Why won't my Hydrangias bloom?

diannelmtMarch 13, 2010

I'm not the only one that I know of that is having this problem, but my hydrangeas haven't bloomed in the past two years!

I didn't plant them, the previous owners of my house planted them, I'm not sure what variety they are, but they are big and very healthy, but the do not bloom at all!

What's the problem with them?

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Two things to consider:

- do they get enough sun to produce blooms? That takes more energy than just making leaves.

- are they being pruned (either by you or by something like a deer that eats the tips) at the wrong time?

What kind of hydrangea are they? The blue/pink ones?

    Bookmark   March 13, 2010 at 5:14PM
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They haven't been pruned at all in the last two years. No deer eating them either, they are in a fenced area.

I don't know what type of hydrangea they are, big leaves and I think it should get the typical blue or pink flowers.

Sun could be an issue in the early spring, but as the season goes on, they get more and more sun.

They are planted next to a rose that does just fine where it is. The rose gets plenty of sun anyway, do hydrangeas need more sun than a rose?

    Bookmark   March 13, 2010 at 7:07PM
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Many old-fashioned species hydrangeas bloom on "old wood", from buds that were set during the previous year's growing season. If your hydrangeas had buds on them, but still no blooms, they could be getting nipped by a late frost. Or the buds are "blasting", which means they're dropping due to a sudden drop in humidity, also fairly common.

Timing of bloom is another factor. It is my understanding that, in zone 5 at least, H. serrata blooms early; early enough in some years, to make it NOT bloom due to temperature (humidity) fluctuations.

    Bookmark   March 13, 2010 at 9:29PM
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Below zone 7, bigleaf hydrangeas (H. macrophylla) typically require winter protection to preserve the flowers buds. As prairiegirlz states, with only a few exceptions, these all bloom on growth that was produced the previous season and that growth and the associated flower buds can easily be damaged by winter cold or late season freezes.

This tends to be the primary reason bigleaf hydrangeas fail to bloom.

    Bookmark   March 14, 2010 at 9:22AM
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BUT (yes it's a big one, watch out, ha), you CAN grow them and get them to bloom further north with some winter protection for the buds, since they're proving to be root-hardy ie they're still alive and growing from the roots. What you need to do is protect the buds, which grow at the tips of the stems. Make a little circle around the plant using stakes or sticks, add chicken wire or burlap to form a cage, stuff the cage with leaves. Oak leaves supposedly don't pack down as much as others. Keep an extra bag of leaves in the garage (so they don't freeze), as you'll need to add more leaves if they do pack down and expose the buds. Remove the entire thing when the last frost date is past. You should see new growth, and swollen buds on the tips of the branches.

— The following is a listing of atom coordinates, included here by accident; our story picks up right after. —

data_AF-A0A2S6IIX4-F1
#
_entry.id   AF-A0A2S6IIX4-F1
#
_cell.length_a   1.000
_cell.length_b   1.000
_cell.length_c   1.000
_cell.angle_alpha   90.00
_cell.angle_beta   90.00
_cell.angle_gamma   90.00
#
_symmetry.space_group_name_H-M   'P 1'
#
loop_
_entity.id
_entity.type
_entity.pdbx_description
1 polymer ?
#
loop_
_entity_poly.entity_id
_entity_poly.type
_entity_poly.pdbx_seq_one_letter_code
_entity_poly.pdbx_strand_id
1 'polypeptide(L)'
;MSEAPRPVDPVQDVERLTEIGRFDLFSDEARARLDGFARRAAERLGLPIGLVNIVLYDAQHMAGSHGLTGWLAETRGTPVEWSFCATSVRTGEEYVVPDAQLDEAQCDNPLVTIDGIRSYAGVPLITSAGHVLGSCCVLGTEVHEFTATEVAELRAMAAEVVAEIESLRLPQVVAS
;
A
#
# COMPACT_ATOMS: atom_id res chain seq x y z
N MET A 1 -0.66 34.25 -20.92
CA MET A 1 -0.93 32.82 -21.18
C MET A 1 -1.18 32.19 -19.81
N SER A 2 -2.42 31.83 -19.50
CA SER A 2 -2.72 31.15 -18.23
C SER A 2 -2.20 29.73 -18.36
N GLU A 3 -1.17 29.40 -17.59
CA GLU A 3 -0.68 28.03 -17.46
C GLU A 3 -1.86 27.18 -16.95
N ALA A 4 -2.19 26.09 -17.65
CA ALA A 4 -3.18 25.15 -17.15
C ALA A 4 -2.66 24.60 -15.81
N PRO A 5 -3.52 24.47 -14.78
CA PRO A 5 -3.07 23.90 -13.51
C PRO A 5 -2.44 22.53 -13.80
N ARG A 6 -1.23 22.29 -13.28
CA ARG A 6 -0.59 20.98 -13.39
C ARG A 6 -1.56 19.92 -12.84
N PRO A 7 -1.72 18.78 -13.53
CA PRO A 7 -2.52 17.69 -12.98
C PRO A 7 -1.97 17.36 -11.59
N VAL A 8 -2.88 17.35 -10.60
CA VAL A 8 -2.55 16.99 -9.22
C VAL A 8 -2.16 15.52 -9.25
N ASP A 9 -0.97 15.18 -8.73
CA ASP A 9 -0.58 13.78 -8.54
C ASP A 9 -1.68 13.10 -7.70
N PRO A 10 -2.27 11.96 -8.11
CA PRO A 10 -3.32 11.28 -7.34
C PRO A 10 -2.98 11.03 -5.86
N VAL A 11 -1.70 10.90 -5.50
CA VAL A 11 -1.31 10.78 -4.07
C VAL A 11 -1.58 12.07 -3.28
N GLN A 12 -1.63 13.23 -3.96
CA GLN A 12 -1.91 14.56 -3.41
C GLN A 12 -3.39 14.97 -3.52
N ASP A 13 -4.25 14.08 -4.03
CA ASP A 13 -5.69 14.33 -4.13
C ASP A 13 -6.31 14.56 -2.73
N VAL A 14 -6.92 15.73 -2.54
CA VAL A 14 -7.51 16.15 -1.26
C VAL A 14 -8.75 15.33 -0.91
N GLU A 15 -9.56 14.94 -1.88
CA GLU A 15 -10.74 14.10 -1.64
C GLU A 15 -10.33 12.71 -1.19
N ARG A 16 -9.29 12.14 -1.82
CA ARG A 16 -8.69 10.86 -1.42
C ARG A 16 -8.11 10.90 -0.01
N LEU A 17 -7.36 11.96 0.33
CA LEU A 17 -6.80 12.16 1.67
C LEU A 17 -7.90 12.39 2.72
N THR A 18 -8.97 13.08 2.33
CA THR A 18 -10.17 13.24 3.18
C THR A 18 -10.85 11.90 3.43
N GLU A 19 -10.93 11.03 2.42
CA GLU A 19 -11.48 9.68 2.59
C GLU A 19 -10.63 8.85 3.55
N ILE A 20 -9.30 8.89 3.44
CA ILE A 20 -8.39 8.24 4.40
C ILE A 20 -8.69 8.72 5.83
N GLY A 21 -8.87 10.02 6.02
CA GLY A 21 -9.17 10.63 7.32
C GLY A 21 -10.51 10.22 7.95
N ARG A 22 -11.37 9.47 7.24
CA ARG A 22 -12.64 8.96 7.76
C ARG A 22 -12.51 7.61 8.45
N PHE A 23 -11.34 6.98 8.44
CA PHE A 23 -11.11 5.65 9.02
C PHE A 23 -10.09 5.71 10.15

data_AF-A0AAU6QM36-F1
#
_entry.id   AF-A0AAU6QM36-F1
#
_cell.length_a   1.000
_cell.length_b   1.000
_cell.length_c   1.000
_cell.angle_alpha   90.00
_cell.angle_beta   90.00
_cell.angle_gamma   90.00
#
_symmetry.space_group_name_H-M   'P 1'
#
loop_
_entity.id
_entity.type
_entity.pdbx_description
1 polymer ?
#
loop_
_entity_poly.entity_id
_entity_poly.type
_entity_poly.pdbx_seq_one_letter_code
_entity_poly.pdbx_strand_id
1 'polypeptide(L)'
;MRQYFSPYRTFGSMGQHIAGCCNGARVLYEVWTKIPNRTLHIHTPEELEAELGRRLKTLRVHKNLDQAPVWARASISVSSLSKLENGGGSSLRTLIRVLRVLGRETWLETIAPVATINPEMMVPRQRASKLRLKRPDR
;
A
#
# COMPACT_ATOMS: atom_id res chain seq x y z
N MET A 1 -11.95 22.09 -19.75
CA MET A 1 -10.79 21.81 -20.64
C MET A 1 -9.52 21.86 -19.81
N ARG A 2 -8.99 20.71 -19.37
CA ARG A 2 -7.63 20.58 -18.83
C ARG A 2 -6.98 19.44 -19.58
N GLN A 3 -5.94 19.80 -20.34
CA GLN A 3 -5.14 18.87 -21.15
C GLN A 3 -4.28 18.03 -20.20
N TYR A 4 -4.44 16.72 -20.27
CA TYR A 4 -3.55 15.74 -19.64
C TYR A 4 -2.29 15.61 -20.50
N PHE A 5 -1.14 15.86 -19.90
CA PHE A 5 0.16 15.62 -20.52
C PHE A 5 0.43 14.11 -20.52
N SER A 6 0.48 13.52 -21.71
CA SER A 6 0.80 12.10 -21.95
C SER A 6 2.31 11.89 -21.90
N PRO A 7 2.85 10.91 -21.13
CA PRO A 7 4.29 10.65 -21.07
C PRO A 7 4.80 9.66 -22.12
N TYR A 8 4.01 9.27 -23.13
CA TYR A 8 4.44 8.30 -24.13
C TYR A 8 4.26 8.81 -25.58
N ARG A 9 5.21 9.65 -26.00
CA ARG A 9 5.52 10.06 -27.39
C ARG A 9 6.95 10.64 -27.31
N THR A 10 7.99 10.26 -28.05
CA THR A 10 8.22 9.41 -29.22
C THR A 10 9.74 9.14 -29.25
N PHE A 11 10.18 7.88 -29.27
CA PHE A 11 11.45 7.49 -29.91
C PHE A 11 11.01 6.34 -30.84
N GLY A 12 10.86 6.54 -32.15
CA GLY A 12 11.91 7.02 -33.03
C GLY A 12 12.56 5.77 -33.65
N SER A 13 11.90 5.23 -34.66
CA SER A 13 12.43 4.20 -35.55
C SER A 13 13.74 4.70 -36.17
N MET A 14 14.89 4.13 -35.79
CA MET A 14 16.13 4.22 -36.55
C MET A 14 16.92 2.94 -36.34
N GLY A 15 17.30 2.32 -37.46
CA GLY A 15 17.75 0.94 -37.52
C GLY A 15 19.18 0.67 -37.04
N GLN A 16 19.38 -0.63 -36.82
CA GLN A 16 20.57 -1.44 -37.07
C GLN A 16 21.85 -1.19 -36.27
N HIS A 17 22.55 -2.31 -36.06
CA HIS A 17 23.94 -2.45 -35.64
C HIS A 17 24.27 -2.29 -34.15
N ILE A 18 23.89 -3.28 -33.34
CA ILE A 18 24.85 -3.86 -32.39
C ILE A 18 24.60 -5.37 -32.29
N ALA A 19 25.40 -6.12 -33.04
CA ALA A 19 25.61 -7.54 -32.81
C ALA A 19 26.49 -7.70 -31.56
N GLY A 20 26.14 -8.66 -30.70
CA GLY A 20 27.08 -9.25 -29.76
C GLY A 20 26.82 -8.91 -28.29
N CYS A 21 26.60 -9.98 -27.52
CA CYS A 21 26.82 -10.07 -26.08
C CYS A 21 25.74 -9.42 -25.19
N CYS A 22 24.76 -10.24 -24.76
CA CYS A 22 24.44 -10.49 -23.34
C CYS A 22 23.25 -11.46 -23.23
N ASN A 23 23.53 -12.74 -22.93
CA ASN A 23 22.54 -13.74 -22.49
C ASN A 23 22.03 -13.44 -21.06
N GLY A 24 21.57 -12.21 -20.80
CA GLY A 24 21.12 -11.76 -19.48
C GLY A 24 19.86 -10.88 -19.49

Sounds like work, esp. as the shrubs get bigger. Which is why they came up all the newer paniculatas that bloom on both "new" and old wood. In other words, they develop new buds after growth resumes in spring, as well as sometimes keeping their buds from the past year. HTH!

    Bookmark   March 14, 2010 at 11:52AM
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I have been told by a florist if the first green is coming from the bottom, the root, that I shall never see a flower but will be a nice bush. I don't want a green bush I want those suberb flowers. Is there anyway to get them to bloom? It is on its third year.

    Bookmark   March 17, 2010 at 7:19PM
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I'd amend that to say if the only green you see is coming from the root crown, you are not likely to see any flowers. And this applies only to macrophyllas (or most of them) or other species that bloom on old growth. The vast majority of bigleaf hydrangeas (H. macrophylla and the closely related serratas) bloom on growth that was produced the previous season. Unless that growth is protected from winter cold damage, the plant will produce no flowers.

I am guessing by your user name you are in South Dakota? If so, winter protecting your shrubs is pretty much a requirement to see any flowers. The exception would be one of the newer selection that will bloom on both old AND new growth, like Endless Summer, and even these would benefit from protection. Or you can select from the species that bloom on new growth, like the paniculatas or arborescens (Annabelle) types. These tend to be very cold hardy as well.

Lots of sources here on the forum as well as other places online to provide winter protection how-to's.

    Bookmark   March 18, 2010 at 11:57AM
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My hydrageas usually get the majority of their new growth at the root crown at first. It takes some time for the old wood to start producing leaves, but it does. It never produces flowers though, just a really nice green bush.

I have one that had to be cut down to the ground due to the four feet of snow that had been on top of it and had crushed it. I'll be curious to see what that one does this year.

    Bookmark   March 20, 2010 at 8:21AM
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